When my brother, Justin, and I decided to go to Iceland, it was mostly because the round-trip airfare was a phenomenal price. I didn’t know much about Iceland, except it had volcanoes, some weird terrain, and horses with a lot of hair. So when people would ask why I was going to Iceland or what I was going to do there, I gave a vague answer because I wasn’t sure myself. After doing some research, I had an idea of a few must-dos. There was the obvious Golden Circle tour, the Blue Lagoon, and the elusive Aurora Borealis or Northern Lights (that we would attempt to see four times). Besides those things, the rest we’d sort out along the way.
Room & Board
For less than the price of a hotel room and for a more personal experience, Justin and I decided to go with an apartment on AirBnB. Going to Iceland in November is definitely off-peak season since it’s heading toward winter, so finding an affordable place was easy. We found a quaint and cozy apartment just a few minutes drive to Reykjavik city center and with easy access to the major roads. So for under $1000 for two people, we had transportation to and from Iceland and a great apartment when we got there. Score! Sadly, that’s where the savings ended as Iceland was rather expensive.
Victuals & Beverages
My beloved brother is a foodie, an über foodie, or
one I could also go so far as to say a food snob (with good reason because his talent in the kitchen is amazing). Therefore, finding delicious food that we’d both enjoy and not break the bank doing so, proved to be a small challenge. Because he refuses to eat hot dogs, persuading him to try one of Iceland’s famous hot dogs was definitely out of the question. And so was that as a cheap(er) meal option. However, I managed to get one despite the opposition. Surprisingly, there is also no shortage of places to eat that have American foods, such as hamburgers, fries and pizza. And a freakishly large amount of Subways for such a small island.
Hot dogs are child’s play compared to the other foods Icelanders have been known to eat. Iceland is known for some pretty unusual fare, such as puffin (yes, the cute little birds), whale, fermented shark, horse meat and sheep’s head. We actually tried two of the five I mentioned, but I’ll get to that later. Due to Iceland’s cold and bitter wind, you need food that will “stick to your ribs” as the old folks say. No problems there because I found that Iceland does lamb and fish really well, and a lot of the food we ate was heavy and rich. A little lamb (no pun intended) goes a long way for me, but when in Rome… We had fish soup, fish stew, fried fish, meat soup (which has lamb), lamb chops and lamb soup (which Justin cooked). I don’t think I’ve ever eaten so much lamb in my life or fish in such a short period of time, but it was delicious! Notice that every dish I named was for meat eaters. When I saw the terrain, I understood why a lot of Icelandic dishes don’t include vegetables . Between the terrain and the weather, it’s nearly impossible to grow them outside . Therefore, Iceland relies on greenhouses for such fruits and veggies as bell peppers, tomatoes, and bananas. That means that getting a salad comparable to one in the States is going to be difficult and/or expensive.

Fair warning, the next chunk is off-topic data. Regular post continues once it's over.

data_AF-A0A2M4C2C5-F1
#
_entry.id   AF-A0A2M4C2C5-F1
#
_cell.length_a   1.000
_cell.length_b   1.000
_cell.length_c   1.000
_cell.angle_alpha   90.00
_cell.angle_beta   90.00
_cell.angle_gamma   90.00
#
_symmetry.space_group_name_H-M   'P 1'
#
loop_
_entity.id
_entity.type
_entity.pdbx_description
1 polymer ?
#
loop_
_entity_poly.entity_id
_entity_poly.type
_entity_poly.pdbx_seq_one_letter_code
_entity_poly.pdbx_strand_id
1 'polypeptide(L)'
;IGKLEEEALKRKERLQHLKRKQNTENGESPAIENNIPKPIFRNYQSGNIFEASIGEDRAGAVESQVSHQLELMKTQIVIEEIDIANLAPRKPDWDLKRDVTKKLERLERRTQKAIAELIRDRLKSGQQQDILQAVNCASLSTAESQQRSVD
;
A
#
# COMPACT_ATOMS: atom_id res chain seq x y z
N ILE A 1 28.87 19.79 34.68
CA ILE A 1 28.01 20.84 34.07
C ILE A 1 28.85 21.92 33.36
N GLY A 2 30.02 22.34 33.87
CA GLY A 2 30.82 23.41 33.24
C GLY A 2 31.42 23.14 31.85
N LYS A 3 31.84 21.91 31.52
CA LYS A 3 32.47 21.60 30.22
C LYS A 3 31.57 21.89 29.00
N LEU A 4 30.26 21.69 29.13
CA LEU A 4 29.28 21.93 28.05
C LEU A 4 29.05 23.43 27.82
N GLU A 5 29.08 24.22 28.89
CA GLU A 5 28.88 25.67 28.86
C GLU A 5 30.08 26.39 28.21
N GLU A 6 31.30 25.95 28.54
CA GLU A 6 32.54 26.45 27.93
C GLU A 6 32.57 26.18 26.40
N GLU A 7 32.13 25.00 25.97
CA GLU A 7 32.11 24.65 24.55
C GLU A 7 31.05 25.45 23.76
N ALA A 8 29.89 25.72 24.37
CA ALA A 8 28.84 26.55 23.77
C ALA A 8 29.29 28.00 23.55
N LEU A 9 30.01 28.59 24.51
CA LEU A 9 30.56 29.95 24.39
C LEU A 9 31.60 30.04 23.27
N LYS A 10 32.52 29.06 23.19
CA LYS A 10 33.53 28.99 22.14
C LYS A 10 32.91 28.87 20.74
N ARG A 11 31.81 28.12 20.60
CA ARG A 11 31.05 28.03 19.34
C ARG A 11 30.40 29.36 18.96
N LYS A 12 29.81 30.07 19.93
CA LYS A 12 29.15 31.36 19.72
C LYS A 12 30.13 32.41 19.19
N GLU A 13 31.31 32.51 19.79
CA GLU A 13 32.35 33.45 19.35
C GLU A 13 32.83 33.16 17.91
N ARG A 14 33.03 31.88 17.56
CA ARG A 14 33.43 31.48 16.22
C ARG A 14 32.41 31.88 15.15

Iceland’s standouts and more native foods are more apparent at Icelandic restaurants. Apotek Restaurant in Reykjavík was that standout place. When debating where to eat for our “expensive” meal of the trip, we tried Grillmarkaðurinn (The Grill Market) first. Apparently, it’s considered one of the best restaurants there, although we didn’t know it at the time. Unfortunately, we needed reservations that night, so no Grillmarkaðurinn for us. We continued to meander the streets of Reykjavík and ran across Apotek Restaurant, which was offering a six course prix fixe gourmet meal for a mere 7990 ISK. Yes! It had everything on that menu that we wanted to try: puffin and whale. They even included a shot of Brennivín, the Icelandic schnapps infused with caraway seeds, also known as “Black Death”. Each course was better than the last and we left with our bellies full.
During our Golden Circle tour, just after arriving to Geysir (to see the geysers), we were hungry, and thankfully there was a restaurant that served delicious and hearty food, Geysir Glima Restaurant. The food was cafeteria-style but you could also order from a menu. I highly recommend the meat soup, which has lamb, and Justin recommends the fish soup, which tastes strangely like pizza. I’m not sure how or why, but it does and it was good!
Discovery & Exploration